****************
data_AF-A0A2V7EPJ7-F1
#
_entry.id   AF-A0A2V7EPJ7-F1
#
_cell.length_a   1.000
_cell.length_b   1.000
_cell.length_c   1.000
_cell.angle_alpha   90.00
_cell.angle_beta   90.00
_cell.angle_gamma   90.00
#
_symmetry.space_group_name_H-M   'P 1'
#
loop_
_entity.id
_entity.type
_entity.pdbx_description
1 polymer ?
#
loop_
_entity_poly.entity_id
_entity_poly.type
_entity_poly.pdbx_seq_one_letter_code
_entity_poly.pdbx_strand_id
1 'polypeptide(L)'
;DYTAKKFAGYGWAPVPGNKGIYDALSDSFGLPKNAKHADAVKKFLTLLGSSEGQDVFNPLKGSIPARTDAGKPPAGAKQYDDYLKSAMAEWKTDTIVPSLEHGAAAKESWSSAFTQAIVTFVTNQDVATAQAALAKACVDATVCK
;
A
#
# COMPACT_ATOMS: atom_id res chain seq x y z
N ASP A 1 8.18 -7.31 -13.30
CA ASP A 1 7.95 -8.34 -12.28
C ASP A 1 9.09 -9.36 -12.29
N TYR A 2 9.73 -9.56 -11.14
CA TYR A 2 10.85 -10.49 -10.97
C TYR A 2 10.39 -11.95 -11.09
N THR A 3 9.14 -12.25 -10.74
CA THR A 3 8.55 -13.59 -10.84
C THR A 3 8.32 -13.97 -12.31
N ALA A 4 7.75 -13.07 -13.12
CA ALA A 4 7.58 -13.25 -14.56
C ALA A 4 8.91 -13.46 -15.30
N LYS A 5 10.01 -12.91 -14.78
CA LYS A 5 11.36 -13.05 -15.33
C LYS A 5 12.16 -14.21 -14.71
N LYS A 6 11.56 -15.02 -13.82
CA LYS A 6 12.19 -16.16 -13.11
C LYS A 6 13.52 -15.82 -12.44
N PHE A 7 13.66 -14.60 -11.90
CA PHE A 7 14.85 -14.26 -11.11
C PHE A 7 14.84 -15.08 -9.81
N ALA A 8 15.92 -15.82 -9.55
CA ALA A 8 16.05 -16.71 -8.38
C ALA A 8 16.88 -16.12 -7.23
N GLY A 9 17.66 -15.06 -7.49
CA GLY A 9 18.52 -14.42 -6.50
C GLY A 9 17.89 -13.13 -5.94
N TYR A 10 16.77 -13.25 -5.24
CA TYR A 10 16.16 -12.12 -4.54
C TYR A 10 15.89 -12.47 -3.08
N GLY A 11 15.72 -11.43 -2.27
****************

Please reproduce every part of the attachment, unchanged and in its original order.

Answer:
data_AF-A0A2V7EPJ7-F1
#
_entry.id   AF-A0A2V7EPJ7-F1
#
_cell.length_a   1.000
_cell.length_b   1.000
_cell.length_c   1.000
_cell.angle_alpha   90.00
_cell.angle_beta   90.00
_cell.angle_gamma   90.00
#
_symmetry.space_group_name_H-M   'P 1'
#
loop_
_entity.id
_entity.type
_entity.pdbx_description
1 polymer ?
#
loop_
_entity_poly.entity_id
_entity_poly.type
_entity_poly.pdbx_seq_one_letter_code
_entity_poly.pdbx_strand_id
1 'polypeptide(L)'
;DYTAKKFAGYGWAPVPGNKGIYDALSDSFGLPKNAKHADAVKKFLTLLGSSEGQDVFNPLKGSIPARTDAGKPPAGAKQYDDYLKSAMAEWKTDTIVPSLEHGAAAKESWSSAFTQAIVTFVTNQDVATAQAALAKACVDATVCK
;
A
#
# COMPACT_ATOMS: atom_id res chain seq x y z
N ASP A 1 8.18 -7.31 -13.30
CA ASP A 1 7.95 -8.34 -12.28
C ASP A 1 9.09 -9.36 -12.29
N TYR A 2 9.73 -9.56 -11.14
CA TYR A 2 10.85 -10.49 -10.97
C TYR A 2 10.39 -11.95 -11.09
N THR A 3 9.14 -12.25 -10.74
CA THR A 3 8.55 -13.59 -10.84
C THR A 3 8.32 -13.97 -12.31
N ALA A 4 7.75 -13.07 -13.12
CA ALA A 4 7.58 -13.25 -14.56
C ALA A 4 8.91 -13.46 -15.30
N LYS A 5 10.01 -12.91 -14.78
CA LYS A 5 11.36 -13.05 -15.33
C LYS A 5 12.16 -14.21 -14.71
N LYS A 6 11.56 -15.02 -13.82
CA LYS A 6 12.19 -16.16 -13.11
C LYS A 6 13.52 -15.82 -12.44
N PHE A 7 13.66 -14.60 -11.90
CA PHE A 7 14.85 -14.26 -11.11
C PHE A 7 14.84 -15.08 -9.81
N ALA A 8 15.92 -15.82 -9.55
CA ALA A 8 16.05 -16.71 -8.38
C ALA A 8 16.88 -16.12 -7.23
N GLY A 9 17.66 -15.06 -7.49
CA GLY A 9 18.52 -14.42 -6.50
C GLY A 9 17.89 -13.13 -5.94
N TYR A 10 16.77 -13.25 -5.24
CA TYR A 10 16.16 -12.12 -4.54
C TYR A 10 15.89 -12.47 -3.08
N GLY A 11 15.72 -11.43 -2.27